How did you hold up during last week's record-setting polar vortex? If you were in the midwest – like Chicago, where wind chill temperatures dipped to -52 degrees Fahrenheit – we hope you stayed warm and safe inside.
It's no secret that extreme cold temperatures pose a health risk: You know, frostbite and hypothermia. But if you head out when it's even "regular" cold, you might notice your phone charge suddenly goes MIA.
We're talking a battery life that runs down way too fast – or a phone that just shuts off even if you've got plenty of battery charge left.
So why does your phone suddenly stop working in cold weather? It has to do with the battery. Read on to find out what's happening – and how you can keep your phone alive all winter long.
First, Let's Talk Phone Batteries
Virtually every smartphone out now uses the same type of battery: a lithium ion battery, sometimes called Li-ion batteries. Li-ion batters have some huge advantages: they make it easy to charge your phone fast, which is why you can go from 20 percent to 80 percent charge in less than half an hour.
And, unlike older batteries, they don't develop a "memory" that shortens your battery life. Older phone batteries shortened their battery life to adapt to your charging habits – so if you charged your phone twice a day (even if you didn't need to) the battery would adapt so you'd have to charge it twice a day to keep a charge. Li-ion batteries, on the other hand, can be charged when you want without creating a "memory" that harms your overall battery life.
So clearly, Li-ion batteries have plenty of upsides.
So Why Don't Li-Ion Batteries Work Well in the Cold?
Part of the reason your phone goes dead when it gets too chilly has to do with the level of internal resistance in the battery. Resistance is a measure of how much of the battery's power is "wasted": essentially, how much of the battery's charge is dissipated internally rather than working to power your phone. (FYI: if you want to learn to measure resistance and power output in a battery for yourself, check out this easy guide)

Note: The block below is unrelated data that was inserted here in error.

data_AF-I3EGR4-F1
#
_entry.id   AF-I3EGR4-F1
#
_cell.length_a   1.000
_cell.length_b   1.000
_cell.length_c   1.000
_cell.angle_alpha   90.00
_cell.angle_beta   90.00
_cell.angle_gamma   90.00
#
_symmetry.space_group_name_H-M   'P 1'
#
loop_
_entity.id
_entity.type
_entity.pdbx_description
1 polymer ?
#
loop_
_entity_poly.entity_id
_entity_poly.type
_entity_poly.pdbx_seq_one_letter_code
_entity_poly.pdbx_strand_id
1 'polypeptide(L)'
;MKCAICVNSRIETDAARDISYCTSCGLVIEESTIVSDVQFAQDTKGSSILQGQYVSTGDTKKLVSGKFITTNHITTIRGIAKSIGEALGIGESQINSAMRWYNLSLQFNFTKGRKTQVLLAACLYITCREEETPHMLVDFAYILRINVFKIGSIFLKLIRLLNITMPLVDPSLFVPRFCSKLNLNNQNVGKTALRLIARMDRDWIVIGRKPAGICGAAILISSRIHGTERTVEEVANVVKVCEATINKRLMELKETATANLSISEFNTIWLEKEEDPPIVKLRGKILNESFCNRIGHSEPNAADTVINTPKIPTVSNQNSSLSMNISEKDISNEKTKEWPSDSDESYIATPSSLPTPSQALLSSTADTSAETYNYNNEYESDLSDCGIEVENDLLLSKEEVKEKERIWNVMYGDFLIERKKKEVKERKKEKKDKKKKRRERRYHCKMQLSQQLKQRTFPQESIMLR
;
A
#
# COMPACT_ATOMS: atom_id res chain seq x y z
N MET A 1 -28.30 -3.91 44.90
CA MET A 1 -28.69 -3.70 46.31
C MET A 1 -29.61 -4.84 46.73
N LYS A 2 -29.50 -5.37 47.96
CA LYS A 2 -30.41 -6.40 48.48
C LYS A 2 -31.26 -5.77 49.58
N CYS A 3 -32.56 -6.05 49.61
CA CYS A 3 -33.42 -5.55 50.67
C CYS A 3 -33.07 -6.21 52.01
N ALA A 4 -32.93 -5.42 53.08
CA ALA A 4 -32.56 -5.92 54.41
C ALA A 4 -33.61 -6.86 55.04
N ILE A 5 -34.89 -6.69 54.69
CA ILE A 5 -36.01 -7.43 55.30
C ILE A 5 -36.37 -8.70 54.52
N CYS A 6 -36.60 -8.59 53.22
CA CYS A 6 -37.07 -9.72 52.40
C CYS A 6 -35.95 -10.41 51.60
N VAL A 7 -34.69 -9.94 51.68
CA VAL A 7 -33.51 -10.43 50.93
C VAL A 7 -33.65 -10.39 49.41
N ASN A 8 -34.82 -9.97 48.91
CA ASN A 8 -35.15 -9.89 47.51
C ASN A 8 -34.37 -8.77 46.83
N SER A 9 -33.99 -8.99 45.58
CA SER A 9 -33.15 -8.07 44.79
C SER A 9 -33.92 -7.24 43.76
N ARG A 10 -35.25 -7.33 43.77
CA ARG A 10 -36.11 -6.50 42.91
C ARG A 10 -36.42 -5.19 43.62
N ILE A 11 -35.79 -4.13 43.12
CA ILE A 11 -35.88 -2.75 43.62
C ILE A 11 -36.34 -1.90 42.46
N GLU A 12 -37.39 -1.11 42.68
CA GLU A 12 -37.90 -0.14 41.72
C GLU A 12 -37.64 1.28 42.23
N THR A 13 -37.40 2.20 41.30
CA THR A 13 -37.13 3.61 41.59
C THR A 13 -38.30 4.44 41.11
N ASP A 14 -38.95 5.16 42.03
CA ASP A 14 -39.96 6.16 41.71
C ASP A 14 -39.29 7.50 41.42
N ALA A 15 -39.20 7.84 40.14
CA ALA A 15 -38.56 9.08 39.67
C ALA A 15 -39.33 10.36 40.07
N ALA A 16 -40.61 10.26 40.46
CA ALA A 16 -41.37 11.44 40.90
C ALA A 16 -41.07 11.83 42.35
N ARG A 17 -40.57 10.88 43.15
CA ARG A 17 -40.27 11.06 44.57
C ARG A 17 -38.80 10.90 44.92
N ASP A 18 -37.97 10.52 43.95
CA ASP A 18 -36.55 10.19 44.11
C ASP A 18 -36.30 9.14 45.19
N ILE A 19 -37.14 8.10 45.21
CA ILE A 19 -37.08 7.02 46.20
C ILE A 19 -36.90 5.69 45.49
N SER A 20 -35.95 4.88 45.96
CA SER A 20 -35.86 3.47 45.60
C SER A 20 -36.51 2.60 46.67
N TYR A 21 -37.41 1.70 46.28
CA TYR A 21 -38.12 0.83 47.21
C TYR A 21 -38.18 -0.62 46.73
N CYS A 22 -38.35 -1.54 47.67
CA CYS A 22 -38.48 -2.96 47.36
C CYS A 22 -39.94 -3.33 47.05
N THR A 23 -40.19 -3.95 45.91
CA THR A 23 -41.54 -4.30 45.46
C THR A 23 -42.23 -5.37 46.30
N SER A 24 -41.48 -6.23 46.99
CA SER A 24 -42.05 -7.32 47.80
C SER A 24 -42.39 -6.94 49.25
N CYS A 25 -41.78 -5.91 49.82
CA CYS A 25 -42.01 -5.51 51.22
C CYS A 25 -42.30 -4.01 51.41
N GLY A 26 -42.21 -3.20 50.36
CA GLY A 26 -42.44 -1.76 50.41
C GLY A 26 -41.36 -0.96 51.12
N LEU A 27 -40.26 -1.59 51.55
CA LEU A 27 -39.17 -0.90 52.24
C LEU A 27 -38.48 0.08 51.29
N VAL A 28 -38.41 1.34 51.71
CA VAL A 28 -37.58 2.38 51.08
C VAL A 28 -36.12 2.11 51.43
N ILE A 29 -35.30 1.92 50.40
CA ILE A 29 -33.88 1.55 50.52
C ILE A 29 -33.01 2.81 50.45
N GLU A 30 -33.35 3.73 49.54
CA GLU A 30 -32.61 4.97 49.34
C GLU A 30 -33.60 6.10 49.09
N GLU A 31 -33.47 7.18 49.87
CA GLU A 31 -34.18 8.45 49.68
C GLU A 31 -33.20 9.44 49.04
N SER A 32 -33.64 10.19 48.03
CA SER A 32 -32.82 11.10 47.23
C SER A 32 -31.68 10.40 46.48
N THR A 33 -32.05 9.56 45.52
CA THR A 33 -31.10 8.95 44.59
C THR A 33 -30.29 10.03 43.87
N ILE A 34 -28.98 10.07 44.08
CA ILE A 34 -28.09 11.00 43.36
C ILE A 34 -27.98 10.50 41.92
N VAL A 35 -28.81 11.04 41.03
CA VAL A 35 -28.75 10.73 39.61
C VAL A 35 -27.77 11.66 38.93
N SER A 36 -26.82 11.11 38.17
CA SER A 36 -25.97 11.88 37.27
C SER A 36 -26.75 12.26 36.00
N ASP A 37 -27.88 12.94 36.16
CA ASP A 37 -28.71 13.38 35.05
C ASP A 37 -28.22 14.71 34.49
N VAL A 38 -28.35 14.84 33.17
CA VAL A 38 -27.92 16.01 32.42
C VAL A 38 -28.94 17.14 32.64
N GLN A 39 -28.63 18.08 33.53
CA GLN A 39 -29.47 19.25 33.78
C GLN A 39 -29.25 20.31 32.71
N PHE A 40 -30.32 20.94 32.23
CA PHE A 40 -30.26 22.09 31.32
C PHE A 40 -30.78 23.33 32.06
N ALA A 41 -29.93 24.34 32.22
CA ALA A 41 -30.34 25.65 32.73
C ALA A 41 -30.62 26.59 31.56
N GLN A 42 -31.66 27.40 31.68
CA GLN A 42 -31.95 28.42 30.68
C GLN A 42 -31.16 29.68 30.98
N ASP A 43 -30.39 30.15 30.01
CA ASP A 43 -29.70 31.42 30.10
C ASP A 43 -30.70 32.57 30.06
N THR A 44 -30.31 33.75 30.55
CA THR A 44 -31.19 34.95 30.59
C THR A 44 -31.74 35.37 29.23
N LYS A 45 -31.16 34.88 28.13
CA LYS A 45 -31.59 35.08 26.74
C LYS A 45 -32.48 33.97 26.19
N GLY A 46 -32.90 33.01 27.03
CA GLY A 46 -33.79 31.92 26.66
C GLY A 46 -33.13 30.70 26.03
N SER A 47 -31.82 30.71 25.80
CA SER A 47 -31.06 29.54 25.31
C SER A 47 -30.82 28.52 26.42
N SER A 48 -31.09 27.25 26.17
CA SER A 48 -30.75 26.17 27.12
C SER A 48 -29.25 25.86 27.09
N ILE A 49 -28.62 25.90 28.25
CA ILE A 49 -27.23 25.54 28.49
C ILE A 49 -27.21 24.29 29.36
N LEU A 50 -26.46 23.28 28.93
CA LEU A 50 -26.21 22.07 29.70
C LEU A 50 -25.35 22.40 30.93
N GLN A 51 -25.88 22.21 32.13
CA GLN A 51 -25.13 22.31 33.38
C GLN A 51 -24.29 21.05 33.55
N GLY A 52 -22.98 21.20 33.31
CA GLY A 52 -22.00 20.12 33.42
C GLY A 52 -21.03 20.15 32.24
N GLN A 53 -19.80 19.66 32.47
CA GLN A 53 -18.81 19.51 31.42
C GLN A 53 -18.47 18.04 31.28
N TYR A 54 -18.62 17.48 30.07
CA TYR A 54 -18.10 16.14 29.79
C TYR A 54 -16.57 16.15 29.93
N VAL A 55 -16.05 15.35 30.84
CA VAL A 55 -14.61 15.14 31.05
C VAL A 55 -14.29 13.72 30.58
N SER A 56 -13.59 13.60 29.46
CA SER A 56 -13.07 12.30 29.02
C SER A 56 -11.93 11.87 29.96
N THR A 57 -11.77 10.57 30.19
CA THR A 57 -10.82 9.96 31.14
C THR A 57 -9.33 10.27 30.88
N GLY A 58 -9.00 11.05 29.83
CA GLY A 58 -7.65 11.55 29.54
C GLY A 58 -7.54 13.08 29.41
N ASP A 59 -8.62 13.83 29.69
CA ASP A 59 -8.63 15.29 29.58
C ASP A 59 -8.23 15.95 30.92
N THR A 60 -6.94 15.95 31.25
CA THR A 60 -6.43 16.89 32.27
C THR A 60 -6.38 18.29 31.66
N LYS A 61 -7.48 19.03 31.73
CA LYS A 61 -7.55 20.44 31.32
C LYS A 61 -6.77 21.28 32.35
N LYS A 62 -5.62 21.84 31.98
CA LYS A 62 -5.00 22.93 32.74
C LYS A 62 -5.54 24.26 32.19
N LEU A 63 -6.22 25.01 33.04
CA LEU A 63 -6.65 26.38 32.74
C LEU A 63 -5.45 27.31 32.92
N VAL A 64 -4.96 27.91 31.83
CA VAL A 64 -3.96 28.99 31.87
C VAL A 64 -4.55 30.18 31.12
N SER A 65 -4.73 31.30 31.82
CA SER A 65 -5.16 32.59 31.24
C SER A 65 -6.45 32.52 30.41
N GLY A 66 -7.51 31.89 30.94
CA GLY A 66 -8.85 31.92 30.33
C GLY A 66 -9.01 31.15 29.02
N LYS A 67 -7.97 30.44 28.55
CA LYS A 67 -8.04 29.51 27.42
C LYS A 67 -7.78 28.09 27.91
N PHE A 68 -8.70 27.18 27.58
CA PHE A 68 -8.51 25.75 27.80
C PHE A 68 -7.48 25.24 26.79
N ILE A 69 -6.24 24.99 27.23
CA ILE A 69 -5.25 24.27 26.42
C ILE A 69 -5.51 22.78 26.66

When the temperature drops, the internal resistance of your battery goes up. That means more of your battery's power is wasted – so your battery has to work harder just to keep your phone running. So you'll see the charge go down much faster than if you stayed inside.
Another reason? One simple rule of chemistry: that when temperature goes down, the rate of most chemical reactions goes down, too.
Li-ion batteries continually carry out a chemical reactions to generate energy (aka the power that keeps your phone running). When the temperature goes down, it can't carry out that chemical reaction as quickly. That means it can't generate as much power for your phone. In some cases, it won't generate enough power for your phone to carry out its basic functions – which is why your phone might suddenly shut off, even if it says you still have battery life left.
Here's How to Keep Your Phone Running in the Cold
Not surprisingly, the effects of cold weather on your phone get worse the colder it gets. As Wired reports, temperatures of -35 degrees Fahrenheit (like last week's polar vortex conditions) can kill your phone's battery in five minutes.
One option is obvious: Simply shut off your phone when you're out in arctic temperatures. While it may not not be convenient, powering off your phone makes the battery much more hardy to cold, so you'll still have a charge when you head back inside.
If shutting your phone off is not an option, keep it in an internal pocket in your coat, so you'll keep it toasty with your body heat. And if you spend a lot of time outdoors and need a functional phone (say, for safety when skiing or winter hiking) invest in an insulating case to keep the heat in and the cold out.
Most importantly, keep your phone on you: never leave it in a parked car outside where it'll be exposed to sub-zero temperatures for hours. You'll not only spare your battery, but avoid more expensive damage – like a frozen screen – to keep your phone happy all winter long.
About the Author
Sylvie Tremblay holds a Master of Science in molecular and cellular biology and has years of experience as a cancer researcher and neuroscientist. Before launching her writing business, she worked as a TA and tutored students in biology, chemistry, math and physics.